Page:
In a statement released on Sunday afternoon following the uproar, Gauteng Health MEC Dr Nomathemba Mokgethi reassured healthcare workers in the province that none of them will be excluded from the national vaccination programme.

"We want to reassure our healthcare workers that there is no need to panic as none of them will be left behind. To do so would be catastrophic and will leave the system exposed as they are an integral part of the healthcare system," she said in a statement on Sunday.

She said the province has received 16 800 Johnson & Johnson doses, which are currently being administered at Chris Hani Baragwanath Academic Hospital (11 080 doses) and Steve Biko Academic Hospital (5 720 doses).

Mokgethi says that, as of 20 February, 2 134 healthcare workers, inclusive of organised labour leadership, who are health professionals as well, were vaccinated.

"The demand to get vaccinated has been growing since this programme started. We will continue engaging other stakeholders as we are all aware that the fight against Covid-19 is far from over and it requires collective effort," she added.

The department also called all healthcare workers, who are yet to register on the Electronic Vaccine Data System (EVDS), to do so in order to ensure more people are vaccinated. She said the department would assist in managing the flow of traffic to the vaccination sites and "to avoid a situation where people just show up when they have no appointment".

Meanwhile, in KwaZulu-Natal, Premier Sihle Zikalala said at least 1 279 health practitioners had been vaccinated so far.

The province's vaccination sites are at Prince Mshiyeni Memorial and Albert Luthuli Hospitals in Durban.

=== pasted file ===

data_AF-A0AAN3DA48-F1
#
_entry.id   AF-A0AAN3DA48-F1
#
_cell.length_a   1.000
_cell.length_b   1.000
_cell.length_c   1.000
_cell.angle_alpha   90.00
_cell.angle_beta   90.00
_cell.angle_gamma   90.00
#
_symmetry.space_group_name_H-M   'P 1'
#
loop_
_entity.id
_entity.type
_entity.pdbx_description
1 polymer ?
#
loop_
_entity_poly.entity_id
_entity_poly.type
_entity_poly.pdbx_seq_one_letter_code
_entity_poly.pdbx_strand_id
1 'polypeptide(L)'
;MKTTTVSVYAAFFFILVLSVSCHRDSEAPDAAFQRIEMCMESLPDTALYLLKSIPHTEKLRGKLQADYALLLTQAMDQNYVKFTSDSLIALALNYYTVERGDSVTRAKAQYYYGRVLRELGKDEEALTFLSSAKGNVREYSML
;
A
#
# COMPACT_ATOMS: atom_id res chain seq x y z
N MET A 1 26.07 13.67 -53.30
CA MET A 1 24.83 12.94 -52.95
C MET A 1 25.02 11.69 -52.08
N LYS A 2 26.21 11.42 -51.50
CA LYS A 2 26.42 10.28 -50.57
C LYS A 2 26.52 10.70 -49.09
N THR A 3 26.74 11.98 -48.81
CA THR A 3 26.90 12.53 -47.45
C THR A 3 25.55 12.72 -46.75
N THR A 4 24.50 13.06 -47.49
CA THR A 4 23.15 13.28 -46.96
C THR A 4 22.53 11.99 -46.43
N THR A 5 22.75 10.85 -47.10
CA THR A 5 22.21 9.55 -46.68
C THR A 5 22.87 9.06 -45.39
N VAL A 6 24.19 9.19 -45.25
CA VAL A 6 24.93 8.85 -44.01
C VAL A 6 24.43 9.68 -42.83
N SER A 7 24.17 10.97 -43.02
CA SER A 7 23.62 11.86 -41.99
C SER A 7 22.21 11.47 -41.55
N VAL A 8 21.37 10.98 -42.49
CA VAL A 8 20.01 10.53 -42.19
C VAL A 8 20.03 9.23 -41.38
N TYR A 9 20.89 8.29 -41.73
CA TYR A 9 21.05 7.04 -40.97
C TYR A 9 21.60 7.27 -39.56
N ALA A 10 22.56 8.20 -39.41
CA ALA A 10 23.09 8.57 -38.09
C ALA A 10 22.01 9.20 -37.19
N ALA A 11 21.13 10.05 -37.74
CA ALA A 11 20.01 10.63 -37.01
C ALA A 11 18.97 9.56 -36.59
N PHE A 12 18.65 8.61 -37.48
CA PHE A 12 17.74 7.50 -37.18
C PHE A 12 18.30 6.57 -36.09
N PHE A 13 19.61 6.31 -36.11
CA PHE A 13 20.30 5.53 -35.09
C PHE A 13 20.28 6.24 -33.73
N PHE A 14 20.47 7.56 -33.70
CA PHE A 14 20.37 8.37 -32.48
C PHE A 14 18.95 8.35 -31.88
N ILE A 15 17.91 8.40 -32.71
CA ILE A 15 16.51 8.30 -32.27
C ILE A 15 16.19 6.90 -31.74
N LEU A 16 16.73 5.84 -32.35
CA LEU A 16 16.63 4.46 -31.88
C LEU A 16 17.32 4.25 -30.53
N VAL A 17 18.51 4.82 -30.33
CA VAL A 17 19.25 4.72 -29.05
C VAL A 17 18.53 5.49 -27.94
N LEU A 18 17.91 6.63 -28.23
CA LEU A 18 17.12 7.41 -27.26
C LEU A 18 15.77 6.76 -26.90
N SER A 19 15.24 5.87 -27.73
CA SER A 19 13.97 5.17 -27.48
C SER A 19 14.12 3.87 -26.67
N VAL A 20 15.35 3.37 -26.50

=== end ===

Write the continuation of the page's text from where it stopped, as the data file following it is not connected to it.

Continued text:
"We believe this is a good start and would like to see these [vaccination] numbers increasing. We remain committed to ensuring every health worker in the province is vaccinated," Zikalala said during a briefing on Sunday, accompanied by Health MEC Nomagugu Simelane-Zulu.

Simelane-Zulu said she was aware that general practitioners in the province had complained, through emails and on social media, that they were refused vaccination. She said this was not true.

"We need to correct that... it is unfortunate that people we hold high, as doctors, would peddle such untruths. Before arrangements could be made for vaccines to be made available for those in the catchment areas, general practitioners from other areas flocked to those areas.

"On Friday, the deputy director-general for clinical services met with doctors and it was  agreed that they will provide a list of GPs in catchment areas to ensure that they get vaccinated," she said.

A group of KwaZulu-Natal general practitioners had complained that Simelane-Zulu refused to talk to them about vaccinations, and that they were being turned away by hospitals.

-Additional reporting: Canny Maphanga

*This article has been updated to reflect that Premier David Makhura has not yet received a vaccine.